President Donald Trump’s enforcement officials have sharply boosted the repatriation of non-criminal illegal migrants in the nine months up to July 2018, says the Associated Press news service.
AP reported the expanded efforts by Trump’s U.S. Immigration and Customs Enforcement:
ICE arrests of noncriminals increased 66 percent in the first nine months of the 2018 fiscal year over the same period a year earlier. Arrests of convicts, meantime, rose nearly 2 percent. More noncriminals have also been deported …
The result is immigration courts are filling with defendants like Ruben Moroyoqui, a 45-year-old mechanic in Tucson, Arizona, whose only run-in with police came last year, his attorney said, when he was pulled over while picking up auto parts.
First, the officer asked for his license. His second question, Moroyoqui said, was “Are you here legally?” He wasn’t cited for any driving violation; he was simply handed over to ICE, which began proceedings to deport him to Mexico. An appeal is pending.
The arrests are rising partly because ICE is inspecting more employers who hire many illegal immigrants.
Under President Barack Obama, enforcement officials narrowed their focus to illegal immigrants who were found guilty of violent crimes. That strategy required enforcement officials to ignore illegal immigrants they met in routine operations, and also prompted judges to set aside at least 100,000 deportation cases against illegals.
However, even Trump’s deportation rates are still low given the nation’s huge population of illegal immigrants, which is estimated to include from 11 million to 22 million illegals.
But Trump’s extra enforcement is opposed by pro-migration Democrats and by business-first Republicans. The political pressure has resulted in Congress opposing Trump’s efforts to build the wall and expand enforcement measures.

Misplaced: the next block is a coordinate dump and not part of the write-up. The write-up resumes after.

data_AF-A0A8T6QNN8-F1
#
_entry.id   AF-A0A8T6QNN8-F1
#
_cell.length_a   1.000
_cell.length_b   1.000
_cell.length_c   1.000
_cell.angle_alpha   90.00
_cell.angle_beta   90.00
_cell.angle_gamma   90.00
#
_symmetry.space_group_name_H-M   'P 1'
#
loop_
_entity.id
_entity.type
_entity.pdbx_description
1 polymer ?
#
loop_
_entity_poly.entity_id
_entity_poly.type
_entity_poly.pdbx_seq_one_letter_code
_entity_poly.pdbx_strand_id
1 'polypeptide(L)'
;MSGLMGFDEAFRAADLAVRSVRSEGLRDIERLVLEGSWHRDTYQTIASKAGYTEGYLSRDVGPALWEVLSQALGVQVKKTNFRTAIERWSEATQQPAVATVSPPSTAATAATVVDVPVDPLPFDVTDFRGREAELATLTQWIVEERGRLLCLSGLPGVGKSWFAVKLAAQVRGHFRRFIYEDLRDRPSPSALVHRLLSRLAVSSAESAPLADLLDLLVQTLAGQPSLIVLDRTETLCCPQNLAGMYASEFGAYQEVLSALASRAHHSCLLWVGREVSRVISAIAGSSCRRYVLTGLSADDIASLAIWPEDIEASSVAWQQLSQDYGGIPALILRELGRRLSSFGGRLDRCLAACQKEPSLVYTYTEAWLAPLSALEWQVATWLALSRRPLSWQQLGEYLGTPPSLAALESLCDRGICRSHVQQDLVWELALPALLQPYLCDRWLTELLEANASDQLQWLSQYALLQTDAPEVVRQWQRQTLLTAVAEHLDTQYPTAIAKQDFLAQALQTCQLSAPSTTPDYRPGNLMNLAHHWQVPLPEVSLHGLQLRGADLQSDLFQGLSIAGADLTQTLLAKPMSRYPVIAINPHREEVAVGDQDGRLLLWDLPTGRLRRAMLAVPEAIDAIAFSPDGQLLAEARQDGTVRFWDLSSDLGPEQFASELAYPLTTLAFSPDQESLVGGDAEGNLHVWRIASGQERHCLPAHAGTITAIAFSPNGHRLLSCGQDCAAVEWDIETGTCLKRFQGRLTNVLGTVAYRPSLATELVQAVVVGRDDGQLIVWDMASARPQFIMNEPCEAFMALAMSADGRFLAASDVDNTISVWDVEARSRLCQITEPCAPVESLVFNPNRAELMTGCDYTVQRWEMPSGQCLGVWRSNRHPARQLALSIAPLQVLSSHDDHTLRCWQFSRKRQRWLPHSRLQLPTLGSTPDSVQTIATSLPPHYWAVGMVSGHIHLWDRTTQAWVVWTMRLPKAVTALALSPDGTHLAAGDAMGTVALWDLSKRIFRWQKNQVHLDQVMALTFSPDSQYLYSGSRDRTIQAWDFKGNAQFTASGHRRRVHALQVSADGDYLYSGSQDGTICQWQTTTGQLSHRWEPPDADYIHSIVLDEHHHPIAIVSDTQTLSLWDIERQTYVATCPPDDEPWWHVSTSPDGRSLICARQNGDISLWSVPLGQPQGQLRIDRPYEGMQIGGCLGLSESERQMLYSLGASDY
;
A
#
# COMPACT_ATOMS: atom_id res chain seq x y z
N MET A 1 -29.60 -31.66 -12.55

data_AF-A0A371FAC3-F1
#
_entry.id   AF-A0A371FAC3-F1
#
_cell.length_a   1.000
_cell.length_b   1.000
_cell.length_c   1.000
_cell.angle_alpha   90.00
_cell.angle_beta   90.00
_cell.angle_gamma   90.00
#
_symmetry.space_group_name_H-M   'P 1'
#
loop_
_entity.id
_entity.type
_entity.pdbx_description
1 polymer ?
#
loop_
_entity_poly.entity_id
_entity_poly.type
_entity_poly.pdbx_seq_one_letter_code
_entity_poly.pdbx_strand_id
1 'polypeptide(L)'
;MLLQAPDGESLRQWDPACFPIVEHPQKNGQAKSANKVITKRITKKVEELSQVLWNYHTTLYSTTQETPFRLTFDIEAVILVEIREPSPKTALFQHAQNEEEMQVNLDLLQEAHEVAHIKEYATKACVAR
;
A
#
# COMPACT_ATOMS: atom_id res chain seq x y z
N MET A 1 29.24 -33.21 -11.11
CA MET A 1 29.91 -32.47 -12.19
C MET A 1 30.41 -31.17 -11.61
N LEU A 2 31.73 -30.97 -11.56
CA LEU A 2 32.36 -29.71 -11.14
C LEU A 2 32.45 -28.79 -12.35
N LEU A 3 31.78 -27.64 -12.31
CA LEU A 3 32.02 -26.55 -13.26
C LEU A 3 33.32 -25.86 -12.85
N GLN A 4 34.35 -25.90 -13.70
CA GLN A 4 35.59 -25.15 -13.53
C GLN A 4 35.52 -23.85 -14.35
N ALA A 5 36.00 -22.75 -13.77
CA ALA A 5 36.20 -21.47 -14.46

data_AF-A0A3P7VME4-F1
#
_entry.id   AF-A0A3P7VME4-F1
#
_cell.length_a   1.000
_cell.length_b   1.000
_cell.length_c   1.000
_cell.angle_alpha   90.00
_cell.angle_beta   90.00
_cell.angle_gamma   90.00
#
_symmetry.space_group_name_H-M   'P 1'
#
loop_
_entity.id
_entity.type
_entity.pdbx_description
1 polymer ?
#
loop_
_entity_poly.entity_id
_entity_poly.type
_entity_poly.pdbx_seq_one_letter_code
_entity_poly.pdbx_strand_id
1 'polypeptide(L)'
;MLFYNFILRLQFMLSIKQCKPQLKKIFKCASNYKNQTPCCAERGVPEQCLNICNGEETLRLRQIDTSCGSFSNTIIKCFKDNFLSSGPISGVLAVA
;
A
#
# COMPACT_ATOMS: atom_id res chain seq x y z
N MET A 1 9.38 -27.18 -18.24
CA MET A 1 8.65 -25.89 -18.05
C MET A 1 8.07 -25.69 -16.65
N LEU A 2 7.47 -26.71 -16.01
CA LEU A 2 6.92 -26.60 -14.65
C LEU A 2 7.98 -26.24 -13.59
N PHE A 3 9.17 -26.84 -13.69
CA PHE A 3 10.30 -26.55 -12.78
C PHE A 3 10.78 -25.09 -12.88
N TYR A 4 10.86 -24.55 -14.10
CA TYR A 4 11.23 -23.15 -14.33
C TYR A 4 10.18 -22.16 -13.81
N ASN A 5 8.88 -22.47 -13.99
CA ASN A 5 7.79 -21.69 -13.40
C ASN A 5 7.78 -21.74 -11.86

For example, Trump’s 2019 budget asked for extra funds to hire 3,312 extra ICE officers and support staff, and to operate 52,000 detention beds.
But the GOP-led House appropriations committee only approved money for 400 additional law enforcement officers and support staff, and to operate only 44,000 detention beds.
Senators provided even less for Trump’s DHS appropriations budget. The Senate committee’s statement said:
the bill funds an average daily population of 40,520 adult and family detention beds, the same as the fiscal year 2018 enacted amount. The bill rejects the President’s request to hire 3,300 new ICE employees to support his executive order on immigration.
Trump asked for $5 billion to extend the border wall, but the Senate only approved $1.6 billion.
The House DHS bill — prepared by Kansas Rep. Kevin Yoder — also includes provisions to greatly expand the inflow of temporary workers. The extra foreign workers are intended to pressure down wages and salaries for blue-collar and white-collar Americans.
Amid opposition from Congress, Attorney General Jeff Sessions is using his legal authority as attorney general to reform the border rules and immigration courts, and to send more migrants home.
Overall, the Washington-imposed economic policy of economic growth via immigration shifts wealth from young people towards older people by flooding the market with cheap white-collar and blue-collar foreign labor.
That flood of outside labor spikes profits and Wall Street values by cutting salaries for manual and skilled labor offered by blue-collar and white-collar employees.
The policy also drives up real estate prices, widens wealth-gaps, reduces high-tech investment, increases state and local tax burdens, hurts kids’ schools and college education, pushes Americans away from high-tech careers, and sidelines at least 5 million marginalized Americans and their families, including many who are now struggling with opioid addictions. Immigration also pulls investment and wealth away from heartland states because investment flows towards the large immigrant populations living in the coastal states.